Just Like My Father

The last couple of weeks have seen the spotlight fall on a new generation of players across Europe with one thing in common – their Dads were all superstars in the 1990s. But is there more to the hype surrounding these players than just a familiar name? And away from the highly rated, which youngsters have struggled to follow in their fathers’ footsteps?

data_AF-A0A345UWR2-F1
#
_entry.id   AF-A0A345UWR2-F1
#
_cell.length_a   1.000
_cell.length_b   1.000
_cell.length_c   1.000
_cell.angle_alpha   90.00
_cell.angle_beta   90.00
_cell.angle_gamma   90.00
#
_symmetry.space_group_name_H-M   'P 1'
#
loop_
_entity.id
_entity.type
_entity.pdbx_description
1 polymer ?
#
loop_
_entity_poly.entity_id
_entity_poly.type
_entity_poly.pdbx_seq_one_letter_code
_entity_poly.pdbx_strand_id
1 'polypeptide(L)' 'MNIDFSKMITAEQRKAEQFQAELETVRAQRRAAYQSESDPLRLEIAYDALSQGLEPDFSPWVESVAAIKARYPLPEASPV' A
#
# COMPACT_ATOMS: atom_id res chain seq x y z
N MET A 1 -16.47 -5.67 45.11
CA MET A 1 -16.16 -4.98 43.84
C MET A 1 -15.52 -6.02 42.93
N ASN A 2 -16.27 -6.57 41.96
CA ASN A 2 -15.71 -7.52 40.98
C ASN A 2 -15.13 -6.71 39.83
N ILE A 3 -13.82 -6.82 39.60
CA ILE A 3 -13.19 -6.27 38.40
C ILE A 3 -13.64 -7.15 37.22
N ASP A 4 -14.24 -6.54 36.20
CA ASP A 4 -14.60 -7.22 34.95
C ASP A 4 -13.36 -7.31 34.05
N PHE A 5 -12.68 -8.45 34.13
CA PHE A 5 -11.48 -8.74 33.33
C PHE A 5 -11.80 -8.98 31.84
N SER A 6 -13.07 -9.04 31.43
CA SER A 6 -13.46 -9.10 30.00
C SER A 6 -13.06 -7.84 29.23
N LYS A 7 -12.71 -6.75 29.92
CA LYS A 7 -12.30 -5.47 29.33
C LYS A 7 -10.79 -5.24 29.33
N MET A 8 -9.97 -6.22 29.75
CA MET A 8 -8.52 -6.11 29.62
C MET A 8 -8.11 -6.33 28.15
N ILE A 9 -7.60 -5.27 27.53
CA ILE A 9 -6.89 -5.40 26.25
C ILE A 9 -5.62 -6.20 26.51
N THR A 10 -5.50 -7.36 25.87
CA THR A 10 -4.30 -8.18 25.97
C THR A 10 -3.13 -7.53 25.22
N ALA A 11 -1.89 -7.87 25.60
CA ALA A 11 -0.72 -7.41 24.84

Want to feel old? Remember those players you idolised as they tore up the top leagues in Europe and represented their countries in the World Cup back when Noel was the credible one in Oasis and Tony Blair wasn’t part of Labour’s shameful past? Well they’ve all started families, retired, and now, twenty years later, their children are on the way to becoming your new idols. Depressing isn’t it? But also quite exciting, because if Rafael and Fabio have taught us anything it’s that familial connections in football can go a long way in making up for a lack of natural ability. Phil Neville won 59 caps for England for heaven’s sake. The 90s itself had already seen a wave of footballers outshine their father’s achievements, but for every Youri Djorkaeff – World Cup winning son of Jean, who represented France at the 1966 tournament – there will always be a Jordi Cruyff – a player who enjoyed a very decent career, but was constantly weighed down by the reputation of his father. Put simply, it’s never that easy to become a chip off the old block, but its also difficult to temper the thrill of watching the offspring of a former great have a go at bettering Dad. Sigmund Freud would undoubtedly have a few things to say about that. Thankfully there are a few unfamiliar faces with familiar names whose performances have attracted the attention of the football media over the course of this season, and they look like they might be the real deal.